We’re currently living in a new golden age of comics, where the main characters are finally beginning to look like the people who’ve always read them.

There’s an openly gay (and unabashedly sexual) Batman analogue teleporting his way around the DC Universe and a new Muslim Ms. Marvel patrolling the shady streets of New Jersey.

This diverse golden age is the end result of a long-fought push for more representative characters, plotlines, and stories. Writing for Vocativ, Jennings Brown traced the origin of the modern age of diverse comics to the Black Panther’s introduction In Fantastic Four #52, released back in 1966. And though the Black Panther established a modern baselines for narratives built around minority characters, he wasn’t the first black superhero, and he might not even be the most important one.

That title belongs, collectively, to characters invented by black writer Orrin Evans for his All-Negro Comics, created almost two decades before the Black Panther, in 1947.

Back in the 1940s, there were no black superheroes. As odd as it may sound now, most black people probably weren’t looking for them. That’s not to say that black people didn’t read comic books: Titles like Batman, Superman, and Prince Namor: The Sub-Mariner sold like gangbusters then, and their continuing momentum has a lot to do with why DC and Marvel Comics are still around today.

Marvel Comics

Namor, the Sub-Mariner, is one of Marvel's oldest characters. His adventures frequently feature stories of him trying to find and protect his endangered people, the Atlanteans.

Claude Lewis, a black journalist active in Philadelphia around the same time as Evans, once explained that young black people identified with white superheroes by default because they’d never really seen themselves in any type of print, let alone a comic book.

“We weren’t very conscious about being left out, it was just the way things were,” Lewis said. “If you’ve never seen a black hero you don’t spend a lot of time wondering where they are. Today you would, but back then, there were no blacks in ads. It just didn’t happen.”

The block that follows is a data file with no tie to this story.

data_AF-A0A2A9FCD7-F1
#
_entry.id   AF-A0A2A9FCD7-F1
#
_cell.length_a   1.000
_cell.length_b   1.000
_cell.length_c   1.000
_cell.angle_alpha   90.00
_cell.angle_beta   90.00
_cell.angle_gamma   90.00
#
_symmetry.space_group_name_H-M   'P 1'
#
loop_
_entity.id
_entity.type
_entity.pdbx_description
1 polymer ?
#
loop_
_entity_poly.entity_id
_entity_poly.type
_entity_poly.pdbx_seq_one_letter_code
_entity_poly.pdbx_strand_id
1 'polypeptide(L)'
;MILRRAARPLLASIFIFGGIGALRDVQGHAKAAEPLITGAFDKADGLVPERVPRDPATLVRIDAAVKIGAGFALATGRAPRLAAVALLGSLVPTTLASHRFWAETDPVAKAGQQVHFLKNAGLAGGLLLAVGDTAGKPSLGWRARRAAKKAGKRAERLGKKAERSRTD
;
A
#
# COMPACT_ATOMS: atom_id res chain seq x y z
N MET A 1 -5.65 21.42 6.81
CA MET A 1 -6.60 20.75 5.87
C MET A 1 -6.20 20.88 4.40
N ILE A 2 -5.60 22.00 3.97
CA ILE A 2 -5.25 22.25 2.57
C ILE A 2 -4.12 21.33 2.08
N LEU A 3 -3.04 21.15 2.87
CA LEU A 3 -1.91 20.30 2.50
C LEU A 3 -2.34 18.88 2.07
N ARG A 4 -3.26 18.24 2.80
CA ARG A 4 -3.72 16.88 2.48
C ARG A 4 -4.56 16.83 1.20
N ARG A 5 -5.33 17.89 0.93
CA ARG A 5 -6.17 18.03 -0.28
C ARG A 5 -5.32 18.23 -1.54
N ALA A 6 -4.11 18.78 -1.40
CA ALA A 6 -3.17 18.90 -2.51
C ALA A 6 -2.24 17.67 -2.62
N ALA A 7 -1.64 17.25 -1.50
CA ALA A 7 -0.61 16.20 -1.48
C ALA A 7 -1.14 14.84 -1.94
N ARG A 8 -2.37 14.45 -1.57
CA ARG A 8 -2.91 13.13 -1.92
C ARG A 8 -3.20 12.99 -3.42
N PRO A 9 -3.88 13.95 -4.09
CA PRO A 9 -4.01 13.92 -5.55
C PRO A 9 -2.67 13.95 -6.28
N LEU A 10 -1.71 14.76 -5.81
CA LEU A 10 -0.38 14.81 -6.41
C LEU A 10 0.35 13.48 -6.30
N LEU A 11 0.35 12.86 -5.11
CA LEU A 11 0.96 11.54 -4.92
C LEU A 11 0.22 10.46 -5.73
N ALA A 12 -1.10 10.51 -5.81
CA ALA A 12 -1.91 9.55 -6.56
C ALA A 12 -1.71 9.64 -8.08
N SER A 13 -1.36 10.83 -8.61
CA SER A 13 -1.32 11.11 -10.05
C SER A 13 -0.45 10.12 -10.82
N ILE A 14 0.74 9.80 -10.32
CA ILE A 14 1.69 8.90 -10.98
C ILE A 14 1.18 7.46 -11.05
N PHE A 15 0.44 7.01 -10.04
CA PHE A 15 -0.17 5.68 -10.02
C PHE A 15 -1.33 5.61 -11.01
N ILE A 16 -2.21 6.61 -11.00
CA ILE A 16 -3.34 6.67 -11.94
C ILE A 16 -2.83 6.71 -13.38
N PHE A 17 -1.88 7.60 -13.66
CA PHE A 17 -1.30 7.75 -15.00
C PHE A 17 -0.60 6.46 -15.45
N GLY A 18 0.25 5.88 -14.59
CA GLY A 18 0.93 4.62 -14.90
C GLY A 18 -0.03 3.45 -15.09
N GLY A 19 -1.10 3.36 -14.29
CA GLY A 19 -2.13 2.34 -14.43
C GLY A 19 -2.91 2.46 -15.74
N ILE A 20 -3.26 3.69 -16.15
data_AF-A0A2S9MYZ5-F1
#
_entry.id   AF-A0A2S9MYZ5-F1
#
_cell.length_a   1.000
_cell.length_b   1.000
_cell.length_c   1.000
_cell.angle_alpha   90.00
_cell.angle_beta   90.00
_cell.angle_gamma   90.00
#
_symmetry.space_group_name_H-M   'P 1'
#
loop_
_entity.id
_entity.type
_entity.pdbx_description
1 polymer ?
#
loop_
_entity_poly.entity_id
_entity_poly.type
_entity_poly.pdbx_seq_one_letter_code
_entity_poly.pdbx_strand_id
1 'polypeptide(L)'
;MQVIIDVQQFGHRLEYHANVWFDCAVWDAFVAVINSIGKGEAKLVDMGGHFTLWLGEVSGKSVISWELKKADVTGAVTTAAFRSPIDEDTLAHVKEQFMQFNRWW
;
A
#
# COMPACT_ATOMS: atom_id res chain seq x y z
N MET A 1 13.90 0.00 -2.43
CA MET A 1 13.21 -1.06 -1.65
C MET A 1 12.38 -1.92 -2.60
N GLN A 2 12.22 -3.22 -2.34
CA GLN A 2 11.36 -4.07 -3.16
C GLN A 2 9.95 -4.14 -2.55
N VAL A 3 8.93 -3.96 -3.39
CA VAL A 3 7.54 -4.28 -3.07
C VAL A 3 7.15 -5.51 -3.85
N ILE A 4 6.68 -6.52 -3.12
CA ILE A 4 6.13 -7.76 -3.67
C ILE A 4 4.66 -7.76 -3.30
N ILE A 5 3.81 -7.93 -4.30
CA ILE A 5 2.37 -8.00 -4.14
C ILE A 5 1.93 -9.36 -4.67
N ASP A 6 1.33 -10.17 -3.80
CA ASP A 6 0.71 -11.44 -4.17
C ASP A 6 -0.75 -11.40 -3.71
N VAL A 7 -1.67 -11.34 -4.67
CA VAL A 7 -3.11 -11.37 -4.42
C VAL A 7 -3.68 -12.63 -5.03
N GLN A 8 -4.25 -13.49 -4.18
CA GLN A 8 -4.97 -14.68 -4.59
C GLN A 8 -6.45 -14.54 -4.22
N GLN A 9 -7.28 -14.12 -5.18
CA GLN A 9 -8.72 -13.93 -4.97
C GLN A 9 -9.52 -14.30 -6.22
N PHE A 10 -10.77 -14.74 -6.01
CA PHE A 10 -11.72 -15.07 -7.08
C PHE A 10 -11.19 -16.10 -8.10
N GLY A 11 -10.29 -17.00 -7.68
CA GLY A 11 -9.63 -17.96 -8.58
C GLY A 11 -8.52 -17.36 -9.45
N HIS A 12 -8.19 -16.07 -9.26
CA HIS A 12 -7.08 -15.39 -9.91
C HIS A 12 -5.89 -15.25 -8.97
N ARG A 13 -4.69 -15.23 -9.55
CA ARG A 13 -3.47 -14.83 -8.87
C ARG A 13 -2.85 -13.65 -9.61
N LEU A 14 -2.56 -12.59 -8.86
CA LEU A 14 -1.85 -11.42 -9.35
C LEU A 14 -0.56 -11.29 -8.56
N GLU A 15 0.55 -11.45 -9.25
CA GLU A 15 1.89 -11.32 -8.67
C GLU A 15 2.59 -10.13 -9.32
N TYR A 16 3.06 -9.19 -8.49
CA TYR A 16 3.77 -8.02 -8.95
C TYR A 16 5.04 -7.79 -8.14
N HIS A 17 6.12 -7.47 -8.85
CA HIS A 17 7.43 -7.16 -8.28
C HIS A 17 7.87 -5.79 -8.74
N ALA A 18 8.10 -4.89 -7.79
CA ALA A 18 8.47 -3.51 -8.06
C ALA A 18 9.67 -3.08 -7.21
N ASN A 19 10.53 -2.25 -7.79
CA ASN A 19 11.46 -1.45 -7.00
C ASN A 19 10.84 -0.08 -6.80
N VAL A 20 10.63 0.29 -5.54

Orrin Evans wanted to change that.

Evans was the first black journalists to cross the color barrier in Philadelphia. In the 40s, he left his position at the historically black Philadelphia Tribune for a news writing gig at the white Philadelphia Record. During his time at the Record, Evans made a name for himself with his coverage of segregation in the military during World War II.

We weren’t very conscious about being left out, it was just the way things were.
- Claude Lewis

His writing drew both praise and criticism from his local community. His article, “How One General Solved Bus Problem For Negroes By Deal With Company,” was entered into the Congressional Record as part of an argument advocating for the dissolution of military segregation.

Though Evans was a well-respected journalist, he lost his job in 1944 as a result of a company-wide strike that led the Philadelphia Record’s owners to shutter the publication. Professionally, Evans was a traditional journalist, but he’d always had a particular fondness for printed cartoons.

All-Negro Comics

In page introducing and explaining the creation of All-Negro Comics. Evans assembled the comic's creative team from other former Record reporters.

He’d recognized the medium’s ability to convey intricate ideas and arguments in succinct, relatable forms. And so, finding himself at a creative crossroads, Evans set out to create his own comic book:All-Negro Comics.

All-Negro Comics was a book of its time. The stories were swinging, vibrant, and full of the kind of characters you’d expect to see in a 15-cent comic book from 1947. There was Ace Harlem, the slick New York detective; Lion Man, the book-smart college student turned secret-agent; and the fashion-forward “Hep Chicks.” These characters rounded out a robust book created for the black youths who’d grown up dreaming of Metropolis.

Comic book heroes who followed ––the Black Panther, Storm, and other minority characters –– would eventually make their way into the mainstream publications. In 1947, however, there was something different about All Negro Comics.

Evans dreamt up his characters long before the market or the industry thought to consider that maybe black kids would want to read stories about people who looked like them. He didn’t have the financial backing to get his comic book on every newsstand in Philadelphia, but he was dedicated to giving the book a solid run.

Ultimately only one issue of All Negro Comics made it to print in the Spring of 1947, but the Evans’ impact was evident almost immediately. Later that same year, Parents’ Magazine published the first (and only) two issues of Negro Heroes, a historically-focused comic highlighting contributions made by black Americans. Not long after Fawcett began putting out Negro Romance, cashing in on the popularity of romance comics while also courting a black audience.

Orrin Evans died in 1971, 24 years after he’d created the first black comic book. Two years earlier, in 1969, Sam Wilson, the Falcon, had become the first African-American hero to join Marvel’s Avengers. In many ways, diversity in modern comic books began with black characters, and black comic book characters began with Orrin Evans’s vision. So the next time you’re geeking out over Miles Morales, or wondering whether Tyrese really will play John Stewart, remember: it’s all thanks to Orrin.

 

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